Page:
Coronavirus Support: Changes to Insolvency and Bankruptcy Laws
On 25 March 2020 there were changes made in the Coronavirus Economic Response Package Omnibus Act 2020 (Cth) to the Commonwealth bankruptcy and insolvency law. These reforms will be in place until 25 September 2020.
These changes are aimed at providing financial support and relief to assist individuals who were facing economic hardship due to the COVID-19 pandemic. The changes have provided a safety net for individuals and companies who are managing debt and have been implemented in conjunction with the Governments economic stimulus packages.
Changes to Bankruptcy Laws
Typically, a creditor can initiate bankruptcy proceedings against an individual who owes an amount greater than $5,000.00. The individual has 21 days to comply with the bankruptcy notice. The temporary debt protection period available to those in financial difficulty has now been extended to a period of six months where an individual is protected against recovery action against unsecured creditors.
The debt threshold required for a creditor to apply for a bankruptcy notice against a debtor has been increased from $5,000.00 to $20,000.00. In addition to this, the timeframe for a debtor to respond to a bankruptcy notice has now been increased from 21 days to six months. Therefore, creditors are unable to commence bankruptcy proceedings until the six-month period has passed.
It is important to note that individuals who are currently in bankruptcy cannot claim economic support payments or have the bankruptcy trustee claim these payments as income or as an asset, regardless of whether these payments are received before or after the date of bankruptcy.
However, COVID-19 supplement packages are claimable by the Trustee if they are received prior to the date of bankruptcy and remain in the bankrupt’s bank account which they become bankrupt. During bankruptcy these payments are included in the after-tax income amount.
Changes to Insolvency Laws
The creditors statutory demand is a mechanism established pursuant to the Corporations Act 2001 which potentially makes a company insolvency if they do not pay the creditor’s debt within 21 days of the issue of the demand. However, the time to comply with statutory demands has been extended from 21 days to six months. Like the bankruptcy laws, it is important to note that the changes do not protect directors for debts incurred prior to the commencement of these laws on 25 March 2020. Further to this, there has been an increase in the threshold for issuing a creditors statutory demand from $2,000.00 to $20,000.00.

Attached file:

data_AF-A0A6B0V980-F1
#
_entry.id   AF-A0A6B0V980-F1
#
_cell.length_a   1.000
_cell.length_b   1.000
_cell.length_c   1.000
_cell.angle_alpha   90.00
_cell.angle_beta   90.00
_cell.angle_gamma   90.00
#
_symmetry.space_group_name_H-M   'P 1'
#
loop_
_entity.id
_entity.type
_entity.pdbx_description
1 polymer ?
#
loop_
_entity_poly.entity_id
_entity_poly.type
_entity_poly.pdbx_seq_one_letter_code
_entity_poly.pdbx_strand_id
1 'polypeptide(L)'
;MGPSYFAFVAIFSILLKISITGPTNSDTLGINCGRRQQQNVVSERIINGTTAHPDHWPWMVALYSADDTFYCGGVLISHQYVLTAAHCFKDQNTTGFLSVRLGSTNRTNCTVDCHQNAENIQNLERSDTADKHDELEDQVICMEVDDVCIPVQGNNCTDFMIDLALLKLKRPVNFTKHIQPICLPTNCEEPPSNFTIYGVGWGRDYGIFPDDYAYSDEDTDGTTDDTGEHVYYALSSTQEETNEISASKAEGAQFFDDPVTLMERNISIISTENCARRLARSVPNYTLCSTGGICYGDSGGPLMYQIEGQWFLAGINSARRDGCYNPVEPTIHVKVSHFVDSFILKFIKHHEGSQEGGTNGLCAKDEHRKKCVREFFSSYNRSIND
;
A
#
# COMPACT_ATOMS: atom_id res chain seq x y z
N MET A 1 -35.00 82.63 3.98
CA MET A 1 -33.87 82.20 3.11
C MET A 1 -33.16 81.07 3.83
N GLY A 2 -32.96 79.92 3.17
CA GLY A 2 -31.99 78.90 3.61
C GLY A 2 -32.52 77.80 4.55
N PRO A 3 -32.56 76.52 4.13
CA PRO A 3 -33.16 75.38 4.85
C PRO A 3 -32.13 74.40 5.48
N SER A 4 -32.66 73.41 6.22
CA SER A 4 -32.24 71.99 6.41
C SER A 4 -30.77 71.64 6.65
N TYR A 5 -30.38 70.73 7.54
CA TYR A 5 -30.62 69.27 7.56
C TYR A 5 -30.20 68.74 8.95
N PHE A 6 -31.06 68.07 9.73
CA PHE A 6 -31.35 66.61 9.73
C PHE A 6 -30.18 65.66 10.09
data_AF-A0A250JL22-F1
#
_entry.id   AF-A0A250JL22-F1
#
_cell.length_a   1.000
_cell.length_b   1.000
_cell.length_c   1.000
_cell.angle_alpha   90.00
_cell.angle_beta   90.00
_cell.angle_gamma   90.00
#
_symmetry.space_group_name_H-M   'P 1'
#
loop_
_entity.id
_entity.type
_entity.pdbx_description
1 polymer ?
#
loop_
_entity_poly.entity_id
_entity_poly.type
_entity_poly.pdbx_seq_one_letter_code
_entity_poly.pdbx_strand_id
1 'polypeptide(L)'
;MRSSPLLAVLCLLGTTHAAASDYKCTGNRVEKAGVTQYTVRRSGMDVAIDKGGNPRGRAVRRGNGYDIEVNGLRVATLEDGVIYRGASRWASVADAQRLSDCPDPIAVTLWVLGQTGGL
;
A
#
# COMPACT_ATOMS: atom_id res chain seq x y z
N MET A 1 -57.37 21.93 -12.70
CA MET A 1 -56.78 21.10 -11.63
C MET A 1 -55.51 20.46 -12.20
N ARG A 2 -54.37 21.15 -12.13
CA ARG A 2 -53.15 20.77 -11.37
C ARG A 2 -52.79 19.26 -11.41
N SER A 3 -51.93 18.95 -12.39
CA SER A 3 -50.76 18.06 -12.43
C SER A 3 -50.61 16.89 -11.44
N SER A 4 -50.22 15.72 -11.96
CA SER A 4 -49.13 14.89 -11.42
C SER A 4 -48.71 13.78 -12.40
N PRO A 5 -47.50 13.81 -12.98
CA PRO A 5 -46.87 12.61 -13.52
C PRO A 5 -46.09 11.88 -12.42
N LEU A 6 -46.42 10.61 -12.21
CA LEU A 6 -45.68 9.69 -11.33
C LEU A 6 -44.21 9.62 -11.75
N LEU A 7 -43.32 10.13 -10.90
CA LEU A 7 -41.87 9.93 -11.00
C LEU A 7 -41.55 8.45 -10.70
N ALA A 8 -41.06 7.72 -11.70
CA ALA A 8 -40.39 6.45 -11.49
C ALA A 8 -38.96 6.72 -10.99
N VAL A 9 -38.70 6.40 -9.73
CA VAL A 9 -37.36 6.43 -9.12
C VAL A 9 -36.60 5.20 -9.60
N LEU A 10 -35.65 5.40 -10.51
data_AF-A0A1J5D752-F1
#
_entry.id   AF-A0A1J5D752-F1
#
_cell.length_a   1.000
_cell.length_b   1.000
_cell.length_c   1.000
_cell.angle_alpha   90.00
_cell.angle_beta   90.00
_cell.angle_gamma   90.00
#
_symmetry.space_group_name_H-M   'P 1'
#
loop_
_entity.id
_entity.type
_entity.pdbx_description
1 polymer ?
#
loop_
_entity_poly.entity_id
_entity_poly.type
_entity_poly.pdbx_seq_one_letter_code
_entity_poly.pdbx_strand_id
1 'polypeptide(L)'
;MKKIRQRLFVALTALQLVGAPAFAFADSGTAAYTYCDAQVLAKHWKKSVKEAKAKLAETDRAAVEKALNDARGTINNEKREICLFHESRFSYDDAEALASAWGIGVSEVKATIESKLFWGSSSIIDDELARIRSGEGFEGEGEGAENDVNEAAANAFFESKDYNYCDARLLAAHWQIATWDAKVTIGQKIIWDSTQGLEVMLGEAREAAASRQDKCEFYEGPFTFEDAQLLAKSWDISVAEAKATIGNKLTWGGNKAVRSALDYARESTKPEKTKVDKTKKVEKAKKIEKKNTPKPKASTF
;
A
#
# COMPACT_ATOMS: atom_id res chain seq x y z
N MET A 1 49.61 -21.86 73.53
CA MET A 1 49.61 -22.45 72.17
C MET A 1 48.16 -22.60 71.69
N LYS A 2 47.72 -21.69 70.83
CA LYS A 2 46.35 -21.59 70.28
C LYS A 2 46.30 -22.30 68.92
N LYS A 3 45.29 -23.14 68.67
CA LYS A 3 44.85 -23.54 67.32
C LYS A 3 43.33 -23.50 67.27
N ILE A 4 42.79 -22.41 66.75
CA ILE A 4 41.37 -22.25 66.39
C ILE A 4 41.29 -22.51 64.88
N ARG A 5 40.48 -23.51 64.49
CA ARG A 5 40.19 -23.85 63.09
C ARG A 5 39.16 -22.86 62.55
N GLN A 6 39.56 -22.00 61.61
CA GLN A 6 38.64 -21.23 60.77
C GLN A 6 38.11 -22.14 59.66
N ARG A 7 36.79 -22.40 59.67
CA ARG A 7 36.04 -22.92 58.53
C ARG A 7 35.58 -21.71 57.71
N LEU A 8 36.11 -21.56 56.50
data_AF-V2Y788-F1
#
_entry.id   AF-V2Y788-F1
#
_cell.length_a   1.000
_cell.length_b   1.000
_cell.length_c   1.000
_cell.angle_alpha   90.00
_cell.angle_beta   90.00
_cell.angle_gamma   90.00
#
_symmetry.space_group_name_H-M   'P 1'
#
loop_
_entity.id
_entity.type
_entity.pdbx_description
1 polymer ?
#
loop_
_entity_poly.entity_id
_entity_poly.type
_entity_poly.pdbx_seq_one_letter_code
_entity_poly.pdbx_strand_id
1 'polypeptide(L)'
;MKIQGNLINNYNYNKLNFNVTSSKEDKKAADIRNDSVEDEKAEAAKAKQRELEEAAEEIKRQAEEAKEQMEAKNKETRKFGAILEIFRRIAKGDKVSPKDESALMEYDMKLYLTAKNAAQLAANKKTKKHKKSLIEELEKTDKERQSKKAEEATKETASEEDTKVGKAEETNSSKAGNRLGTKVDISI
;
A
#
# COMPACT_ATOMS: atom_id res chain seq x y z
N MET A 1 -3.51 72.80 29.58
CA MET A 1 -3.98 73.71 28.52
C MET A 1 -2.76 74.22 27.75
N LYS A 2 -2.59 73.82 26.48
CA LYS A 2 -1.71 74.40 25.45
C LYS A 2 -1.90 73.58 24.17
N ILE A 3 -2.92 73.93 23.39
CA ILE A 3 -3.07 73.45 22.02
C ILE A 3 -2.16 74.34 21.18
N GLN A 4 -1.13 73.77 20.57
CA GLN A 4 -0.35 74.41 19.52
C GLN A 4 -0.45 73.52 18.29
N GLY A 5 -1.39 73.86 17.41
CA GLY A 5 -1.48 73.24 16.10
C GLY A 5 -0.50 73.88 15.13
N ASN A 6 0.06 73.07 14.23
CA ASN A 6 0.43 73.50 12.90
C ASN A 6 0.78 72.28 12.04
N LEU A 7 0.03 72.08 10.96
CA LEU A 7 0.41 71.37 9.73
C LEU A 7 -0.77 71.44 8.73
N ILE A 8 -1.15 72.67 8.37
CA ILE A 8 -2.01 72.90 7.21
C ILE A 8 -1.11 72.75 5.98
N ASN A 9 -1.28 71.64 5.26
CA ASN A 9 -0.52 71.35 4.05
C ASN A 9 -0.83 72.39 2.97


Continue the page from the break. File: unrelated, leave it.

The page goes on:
Changes to insolvency law also include eliminating action against directors from personal liability for trading whilst insolvent in relation to debts incurred in the ordinary course of business during COVID-19. However, directors must still be aware that this does not relieve them from criminal penalties if debts are incurred dishonestly or fraudulently during the period. The impacts of COVID-19 may also result in some businesses being unable to comply with their obligations and requirements under the Corporations Act. During this time, The Australian Securities and Investment Commission (ASIC) has the power to offer relief for some provisions or to not take action for failing to comply with provisions of the Corporations Act.
Further to these changes to insolvency law, the Australian Taxation office will also tailor solutions for business owners or directors that are struggling during coronavirus. This includes temporary reduction of payments or withholding enforcement actions against Director Penalty Notices. For businesses and individuals struggling during the COVID-19 pandemic, it is important to consider these changes to insolvency and bankruptcy laws and available support during these unprecedent times.